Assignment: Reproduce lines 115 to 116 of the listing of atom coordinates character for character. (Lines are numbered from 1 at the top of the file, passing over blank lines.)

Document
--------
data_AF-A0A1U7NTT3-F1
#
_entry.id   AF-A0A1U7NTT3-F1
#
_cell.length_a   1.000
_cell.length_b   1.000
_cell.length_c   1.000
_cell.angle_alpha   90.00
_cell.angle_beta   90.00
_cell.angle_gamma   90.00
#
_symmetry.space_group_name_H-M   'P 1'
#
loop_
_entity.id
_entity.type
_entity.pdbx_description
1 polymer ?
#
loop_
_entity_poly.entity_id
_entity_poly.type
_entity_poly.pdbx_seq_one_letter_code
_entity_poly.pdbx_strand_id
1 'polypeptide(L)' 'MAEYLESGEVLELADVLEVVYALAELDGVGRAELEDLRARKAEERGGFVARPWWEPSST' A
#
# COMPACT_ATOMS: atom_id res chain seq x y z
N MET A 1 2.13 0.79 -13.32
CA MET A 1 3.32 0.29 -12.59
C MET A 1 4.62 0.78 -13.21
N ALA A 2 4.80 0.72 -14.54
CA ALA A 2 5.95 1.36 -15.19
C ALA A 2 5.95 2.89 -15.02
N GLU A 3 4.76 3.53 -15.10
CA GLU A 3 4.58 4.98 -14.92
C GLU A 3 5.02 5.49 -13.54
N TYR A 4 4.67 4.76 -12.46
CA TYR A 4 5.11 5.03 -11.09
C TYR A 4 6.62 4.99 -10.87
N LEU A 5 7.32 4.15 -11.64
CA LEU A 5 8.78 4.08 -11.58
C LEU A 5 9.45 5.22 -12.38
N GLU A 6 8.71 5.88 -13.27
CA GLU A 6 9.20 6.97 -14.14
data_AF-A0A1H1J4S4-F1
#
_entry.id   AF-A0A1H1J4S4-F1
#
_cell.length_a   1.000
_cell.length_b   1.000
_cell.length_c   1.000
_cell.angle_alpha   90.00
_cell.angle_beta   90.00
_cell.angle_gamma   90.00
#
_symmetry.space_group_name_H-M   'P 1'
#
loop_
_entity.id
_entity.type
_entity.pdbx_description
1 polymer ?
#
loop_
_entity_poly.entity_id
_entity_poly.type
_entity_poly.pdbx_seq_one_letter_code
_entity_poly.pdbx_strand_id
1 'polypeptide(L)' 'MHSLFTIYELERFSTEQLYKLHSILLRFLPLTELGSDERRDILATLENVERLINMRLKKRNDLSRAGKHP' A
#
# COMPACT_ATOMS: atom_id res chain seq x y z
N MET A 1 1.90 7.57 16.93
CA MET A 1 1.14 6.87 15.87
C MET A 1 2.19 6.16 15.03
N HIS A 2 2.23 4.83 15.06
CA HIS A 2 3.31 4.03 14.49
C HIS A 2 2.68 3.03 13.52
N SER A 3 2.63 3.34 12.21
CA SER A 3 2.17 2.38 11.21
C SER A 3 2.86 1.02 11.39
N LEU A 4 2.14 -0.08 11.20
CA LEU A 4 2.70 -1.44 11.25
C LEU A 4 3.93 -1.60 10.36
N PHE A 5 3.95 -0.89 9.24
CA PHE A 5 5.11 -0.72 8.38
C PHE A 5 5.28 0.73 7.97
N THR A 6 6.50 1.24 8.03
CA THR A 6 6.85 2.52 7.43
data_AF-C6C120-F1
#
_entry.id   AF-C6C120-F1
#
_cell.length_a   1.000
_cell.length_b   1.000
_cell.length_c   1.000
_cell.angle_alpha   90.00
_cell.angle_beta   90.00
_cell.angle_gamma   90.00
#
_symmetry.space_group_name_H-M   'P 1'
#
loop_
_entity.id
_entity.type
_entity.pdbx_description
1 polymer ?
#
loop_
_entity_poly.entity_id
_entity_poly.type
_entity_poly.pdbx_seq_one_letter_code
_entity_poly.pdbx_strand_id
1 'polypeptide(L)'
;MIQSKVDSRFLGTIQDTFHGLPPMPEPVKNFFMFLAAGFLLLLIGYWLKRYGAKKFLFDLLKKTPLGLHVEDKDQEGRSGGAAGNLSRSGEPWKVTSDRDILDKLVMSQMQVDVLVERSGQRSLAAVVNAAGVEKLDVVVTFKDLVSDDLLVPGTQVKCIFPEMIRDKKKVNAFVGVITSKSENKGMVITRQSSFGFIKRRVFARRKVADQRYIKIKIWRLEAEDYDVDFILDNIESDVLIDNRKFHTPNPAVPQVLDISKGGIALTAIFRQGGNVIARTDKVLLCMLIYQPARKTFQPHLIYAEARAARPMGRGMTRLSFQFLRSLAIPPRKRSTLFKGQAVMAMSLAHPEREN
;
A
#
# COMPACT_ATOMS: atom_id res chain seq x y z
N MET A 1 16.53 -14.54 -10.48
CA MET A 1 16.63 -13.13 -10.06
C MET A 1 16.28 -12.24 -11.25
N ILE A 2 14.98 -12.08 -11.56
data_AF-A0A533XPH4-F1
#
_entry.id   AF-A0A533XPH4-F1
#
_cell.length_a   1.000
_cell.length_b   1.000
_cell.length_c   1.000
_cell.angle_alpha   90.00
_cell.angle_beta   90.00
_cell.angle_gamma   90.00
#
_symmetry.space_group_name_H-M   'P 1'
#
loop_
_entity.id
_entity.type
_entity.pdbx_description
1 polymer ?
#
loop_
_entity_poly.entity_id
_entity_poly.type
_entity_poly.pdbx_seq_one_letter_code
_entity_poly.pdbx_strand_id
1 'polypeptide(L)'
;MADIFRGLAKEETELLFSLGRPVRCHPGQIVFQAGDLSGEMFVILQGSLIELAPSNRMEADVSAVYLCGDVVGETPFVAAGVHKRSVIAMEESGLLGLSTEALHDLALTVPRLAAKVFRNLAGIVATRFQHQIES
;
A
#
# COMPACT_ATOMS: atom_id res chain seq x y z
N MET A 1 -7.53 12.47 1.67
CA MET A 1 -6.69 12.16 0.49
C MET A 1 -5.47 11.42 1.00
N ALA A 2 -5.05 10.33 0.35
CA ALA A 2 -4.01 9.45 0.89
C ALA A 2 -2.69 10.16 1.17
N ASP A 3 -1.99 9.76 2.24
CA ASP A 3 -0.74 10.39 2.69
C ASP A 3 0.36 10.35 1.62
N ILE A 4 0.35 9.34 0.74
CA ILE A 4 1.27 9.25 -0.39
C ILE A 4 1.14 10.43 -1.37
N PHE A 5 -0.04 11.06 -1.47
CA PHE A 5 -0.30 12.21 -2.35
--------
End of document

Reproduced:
;
A